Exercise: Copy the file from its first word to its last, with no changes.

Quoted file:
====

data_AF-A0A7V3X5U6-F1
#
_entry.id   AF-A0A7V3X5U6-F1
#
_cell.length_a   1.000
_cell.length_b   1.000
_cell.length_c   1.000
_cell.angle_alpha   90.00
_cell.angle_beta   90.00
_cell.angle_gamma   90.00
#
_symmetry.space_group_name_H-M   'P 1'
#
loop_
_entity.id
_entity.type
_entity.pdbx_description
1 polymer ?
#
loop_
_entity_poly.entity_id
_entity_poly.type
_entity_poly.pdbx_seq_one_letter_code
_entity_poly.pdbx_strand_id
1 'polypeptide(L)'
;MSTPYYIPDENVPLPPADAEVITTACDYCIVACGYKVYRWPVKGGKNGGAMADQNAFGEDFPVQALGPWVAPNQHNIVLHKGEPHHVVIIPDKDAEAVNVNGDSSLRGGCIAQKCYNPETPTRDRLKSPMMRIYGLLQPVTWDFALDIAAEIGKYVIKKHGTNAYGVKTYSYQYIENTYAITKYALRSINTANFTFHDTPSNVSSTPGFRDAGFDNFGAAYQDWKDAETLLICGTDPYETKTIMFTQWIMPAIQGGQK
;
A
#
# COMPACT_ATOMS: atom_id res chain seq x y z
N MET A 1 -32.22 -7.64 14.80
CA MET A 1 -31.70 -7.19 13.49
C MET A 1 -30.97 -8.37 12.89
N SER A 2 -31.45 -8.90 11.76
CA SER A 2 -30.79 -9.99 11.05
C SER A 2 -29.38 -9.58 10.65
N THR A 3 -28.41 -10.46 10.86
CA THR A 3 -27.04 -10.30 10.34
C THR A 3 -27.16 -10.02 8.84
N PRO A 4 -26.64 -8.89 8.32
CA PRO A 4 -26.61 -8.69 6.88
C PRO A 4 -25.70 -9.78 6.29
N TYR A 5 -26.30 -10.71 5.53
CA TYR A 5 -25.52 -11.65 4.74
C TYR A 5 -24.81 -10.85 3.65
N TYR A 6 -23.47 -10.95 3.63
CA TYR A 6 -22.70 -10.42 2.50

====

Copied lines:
data_AF-A0A7V3X5U6-F1
#
_entry.id   AF-A0A7V3X5U6-F1
#
_cell.length_a   1.000
_cell.length_b   1.000
_cell.length_c   1.000
_cell.angle_alpha   90.00
_cell.angle_beta   90.00
_cell.angle_gamma   90.00
#
_symmetry.space_group_name_H-M   'P 1'
#
loop_
_entity.id
_entity.type
_entity.pdbx_description
1 polymer ?
#
loop_
_entity_poly.entity_id
_entity_poly.type
_entity_poly.pdbx_seq_one_letter_code
_entity_poly.pdbx_strand_id
1 'polypeptide(L)'
;MSTPYYIPDENVPLPPADAEVITTACDYCIVACGYKVYRWPVKGGKNGGAMADQNAFGEDFPVQALGPWVAPNQHNIVLHKGEPHHVVIIPDKDAEAVNVNGDSSLRGGCIAQKCYNPETPTRDRLKSPMMRIYGLLQPVTWDFALDIAAEIGKYVIKKHGTNAYGVKTYSYQYIENTYAITKYALRSINTANFTFHDTPSNVSSTPGFRDAGFDNFGAAYQDWKDAETLLICGTDPYETKTIMFTQWIMPAIQGGQK
;
A
#
# COMPACT_ATOMS: atom_id res chain seq x y z
N MET A 1 -32.22 -7.64 14.80
CA MET A 1 -31.70 -7.19 13.49
C MET A 1 -30.97 -8.37 12.89
N SER A 2 -31.45 -8.90 11.76
CA SER A 2 -30.79 -9.99 11.05
C SER A 2 -29.38 -9.58 10.65
N THR A 3 -28.41 -10.46 10.86
CA THR A 3 -27.04 -10.30 10.34
C THR A 3 -27.16 -10.02 8.84
N PRO A 4 -26.64 -8.89 8.32
CA PRO A 4 -26.61 -8.69 6.88
C PRO A 4 -25.70 -9.78 6.29
N TYR A 5 -26.30 -10.71 5.53
CA TYR A 5 -25.52 -11.65 4.74
C TYR A 5 -24.81 -10.85 3.65
N TYR A 6 -23.47 -10.95 3.63
CA TYR A 6 -22.70 -10.42 2.50